Tuesday greetings to all.
The past few weeks have not been easy ones for me, for a number of reasons. At the tail end of my trip to Italy, I received an e-mail from my sister, letting us all know that her cancer, which has been fairly well "contained" for the past four years, has spread to her spinal column (later we found out that it has also appeared in her skull and ribcage). This was deeply troubling news, of course. I had a long conversation with a good friend of mine, a believing Catholic, about all of this. I said that as I have grown older, I have learned to live my life in a way that celebrates fully those moments, places, people, and times when my heart is filled with joy. And to let those moments of grief and sadness be times of feeling that grief deeply and that sadness acutely. In other words, I can't let the sad news diminish the joy, nor let the great joys obliterate the sadness. Ironically, approaching my life in this way has resulted in a certain even-ness of spirit and mental outlook.
As I spoke these words on Saturday, I couldn't help but recall a conversation I had recently with the husband of a woman who has unfortunately lived with three debilitating diseases in her life. "How," he asked me, "can a loving God give my wife these three diseases? She is such a good person with so much to give; why would God do this to her?" Of course, I know that God does not "give" anyone diseases. But as I sat there with this struggling man, I knew that there were no ready answers for him. And I told him so. I told him that it just was aweful. But I also told him that they both were surrounded by people, family, and a parish that loves them. His was a simple question, without a simple answer.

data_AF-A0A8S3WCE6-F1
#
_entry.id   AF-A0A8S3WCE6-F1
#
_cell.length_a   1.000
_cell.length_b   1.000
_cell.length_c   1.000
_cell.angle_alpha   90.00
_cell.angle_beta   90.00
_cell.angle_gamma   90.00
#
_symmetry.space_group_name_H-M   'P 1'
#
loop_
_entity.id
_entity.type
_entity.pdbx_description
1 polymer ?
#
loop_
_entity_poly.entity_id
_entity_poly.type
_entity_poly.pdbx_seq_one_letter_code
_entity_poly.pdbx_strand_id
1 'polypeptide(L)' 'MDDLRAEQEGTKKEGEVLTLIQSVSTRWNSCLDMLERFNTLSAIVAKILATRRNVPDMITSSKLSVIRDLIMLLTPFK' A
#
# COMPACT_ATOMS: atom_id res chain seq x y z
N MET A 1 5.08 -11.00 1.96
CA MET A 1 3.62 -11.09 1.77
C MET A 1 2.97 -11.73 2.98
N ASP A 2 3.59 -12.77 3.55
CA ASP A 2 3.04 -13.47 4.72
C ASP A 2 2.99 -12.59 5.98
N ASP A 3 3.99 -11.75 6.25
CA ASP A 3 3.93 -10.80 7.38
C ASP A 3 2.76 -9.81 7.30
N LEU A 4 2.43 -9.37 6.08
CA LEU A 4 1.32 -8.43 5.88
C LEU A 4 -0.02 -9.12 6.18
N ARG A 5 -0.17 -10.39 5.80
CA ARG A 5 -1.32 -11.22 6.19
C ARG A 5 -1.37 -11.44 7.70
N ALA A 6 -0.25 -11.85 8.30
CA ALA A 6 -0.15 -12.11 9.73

And all of this comes to a head this morning as we see images and hear reports about the unimaginable devastation in Oklahoma wrought by tornadoes. Parents of dead children are asking those same questions, all revolving around that one word: "Why?"
So, here I am left with the fact that I have been preaching and teaching about the immensity of God's reconciling love and, at the same time, trying to work through ultimate questions about the nature of God and the mystery of sickness and evil. I guess this is the kind of thing that keeps a person of faith going; engaging in the challenging and very difficult questions. It was all so much easier when I was younger and people around me didn't have cancer, when natural disasters seemed so much farther away, both physically and emotionally, when the world seemed to me more of a place of goodness and peace.
Feeling the movements of the 22nd Psalm today, which begins:
My God, my God, why have you abandoned me?
Why so far from my call for help, from my cries of anguish?
My God, I call by day, but you do not answer; by night, but I have no relief.
Like water my life drains away; all my bones grow soft.
My heart has become like wax, it melts away within me.
As dry as a potsherd is my throat;
my tongue sticks to my palate;
you lay me in the dust of death.
Then goes on:
Many dogs surround me; a pack of evildoers closes in on me.
So wasted are my hands and feet
that I can count all my bones.
But then ends with this:
For God has not spurned or disdained the misery of this poor wretch,
Did not turn away from me, but heard me when I cried out.
I will offer praise in the great assembly;
my vows I will fulfill before those who fear him.
Feel like my own life is buried somewhere in the words of this psalm today.
Let's pray for all who suffer, especially today for those in Oklahoma.
Gotta sing. Gotta pray.